In 1986, the WA government estimated the cost of the engineering works to build the channel at $54.2 million and it promised it would let contracts to build the channel.

The years 1986 to 1989 must have been very poor for growing algae in Dawesville, as interest in the project waned and the algae refused to bloom.

In August 1989, then WA ALP secretary and future defence minister Stephen Smith wrote on Labor Party letterhead to Ian Taylor MLA, the minister for land management, to seek his urgent response to the Labor Party’s committee resolution to defer the project and try tree-planting instead. The environment minister had already made his call. The government had announced in June that the channel would be put on hold while other environmental options were considered.

The algae returned with a vengeance and by January 1990 the heavy earthmoving options were back on again.

The estuary had become silted and virtually land-locked with minimal tidal flows of sea water from the Indian Ocean just hundreds of metres away.

Agricultural run-offs flowing into the nutrient-rich warm waters were easily heated by the summer sun to produce overpowering algal blooms, which converted the tepid, stagnant waters beneath into a putrid dead zone.

The growing town of Mandurah at the northern reaches of the system and the coastal area next to it showed real potential for residential development - but even the best of WA’s developers found it hard to sell property with 136sq km of stinking mess and dead sea life adjacent. The Harvey, Serpentine and Murray rivers emptied into the wetland and the tiny natural opening to the Indian Ocean just south of Mandurah would never deliver sufficient tidal flow to flush away the algal blooms.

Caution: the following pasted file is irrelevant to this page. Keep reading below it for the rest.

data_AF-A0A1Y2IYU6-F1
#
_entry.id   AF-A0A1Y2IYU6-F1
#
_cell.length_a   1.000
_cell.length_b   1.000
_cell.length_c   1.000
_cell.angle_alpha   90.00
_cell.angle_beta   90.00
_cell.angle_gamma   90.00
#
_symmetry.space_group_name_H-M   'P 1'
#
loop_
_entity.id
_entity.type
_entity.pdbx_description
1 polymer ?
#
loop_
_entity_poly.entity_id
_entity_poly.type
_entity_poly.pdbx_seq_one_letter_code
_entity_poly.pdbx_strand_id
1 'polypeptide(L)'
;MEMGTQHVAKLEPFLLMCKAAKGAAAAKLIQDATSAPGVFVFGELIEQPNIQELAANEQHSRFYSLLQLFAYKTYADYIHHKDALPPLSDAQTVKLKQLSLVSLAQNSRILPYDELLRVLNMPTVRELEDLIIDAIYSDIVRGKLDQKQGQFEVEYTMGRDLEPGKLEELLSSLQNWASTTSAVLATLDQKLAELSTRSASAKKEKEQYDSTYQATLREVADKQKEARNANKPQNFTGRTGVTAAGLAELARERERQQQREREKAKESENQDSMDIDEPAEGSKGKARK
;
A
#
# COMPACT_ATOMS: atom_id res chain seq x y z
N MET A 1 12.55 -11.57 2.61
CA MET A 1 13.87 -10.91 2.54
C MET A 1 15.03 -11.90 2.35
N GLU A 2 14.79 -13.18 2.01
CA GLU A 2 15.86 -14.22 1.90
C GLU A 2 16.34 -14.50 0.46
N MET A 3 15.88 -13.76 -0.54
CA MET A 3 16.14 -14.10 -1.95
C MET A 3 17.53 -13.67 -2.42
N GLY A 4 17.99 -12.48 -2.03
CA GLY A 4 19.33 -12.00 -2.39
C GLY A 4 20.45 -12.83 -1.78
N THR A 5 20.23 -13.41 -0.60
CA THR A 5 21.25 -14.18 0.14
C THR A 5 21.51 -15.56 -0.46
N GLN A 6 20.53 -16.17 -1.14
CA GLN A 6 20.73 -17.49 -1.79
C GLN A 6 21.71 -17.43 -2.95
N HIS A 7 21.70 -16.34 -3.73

Transport minister Bob Pearce said in early 1990: “The government has given the final approval for work to start on the Dawesville Cut early next year.”

Work was ready to start in 1991. And so was Wilson.

When Lawrence went to the town of Mandurah, south of Perth, with her cabinet on July 29, 1991, there was good news for the local community - a major infrastructure project, the Dawesville Channel, would soon begin.

As the premier’s media statement disclosed: “Dr Lawrence said tenders for the work would be called in mid-September. The Dawesville Channel is one of the biggest maritime engineering projects to be undertaken in Western Australia.”

In August 1991, Lawrence delivered her government’s 1991-92 budget. She said: “An allocation of $3.1m from the capital works program will allow further acquisition of land along the alignment of the Dawesville Channel and provide for construction work to commence on the rock walls at the ocean entrance.”

In September, WA government officials reiterated that competitive tenders would soon be called from capable contractors willing to bid for the construction work.

But on November 25, 1991, Lawrence’s cabinet met and resolved to announce that a “turnkey” contract had been awarded to the company Wannunup which, according to the then transport minister, would engage Thiess Contractors to build the channel substantially on Wannunup’s privately owned land.

It would cost the taxpayers almost $60m.

What is also clear is that Thiess Contractors would soon start to pay AWU boss Wilson’s AWU Workplace Reform Association Inc, a secret slush fund, substantial sums of money, and continue to pay for months after the Dawesville project was completed.

Why was there no public tender as originally promised for such a significant project? Why did the WA government enter into a contract directly with Thiess? And what did Thiess get in return for the $300,000 it paid to Wilson?

On November 28, 1991 transport minister Pam Beggs told the WA parliament that cabinet had decided to abandon plans to seek competitive tenders for the construction work, instead opting to accept a “turnkey” contract proposal from the landowner.

Beggs: “The estimated cost of the government’s building the channel had been $76.8m, and the major reason for the lower cost (almost $60m) under the total construction package stems from having a single contractor responsible for all site works. This introduces an economy of scale and enables the significant construction risk to be spread over a wider scope or work. The agreement between the government and Wannunup has widespread support, including, I understand, even the member for Mandurah.”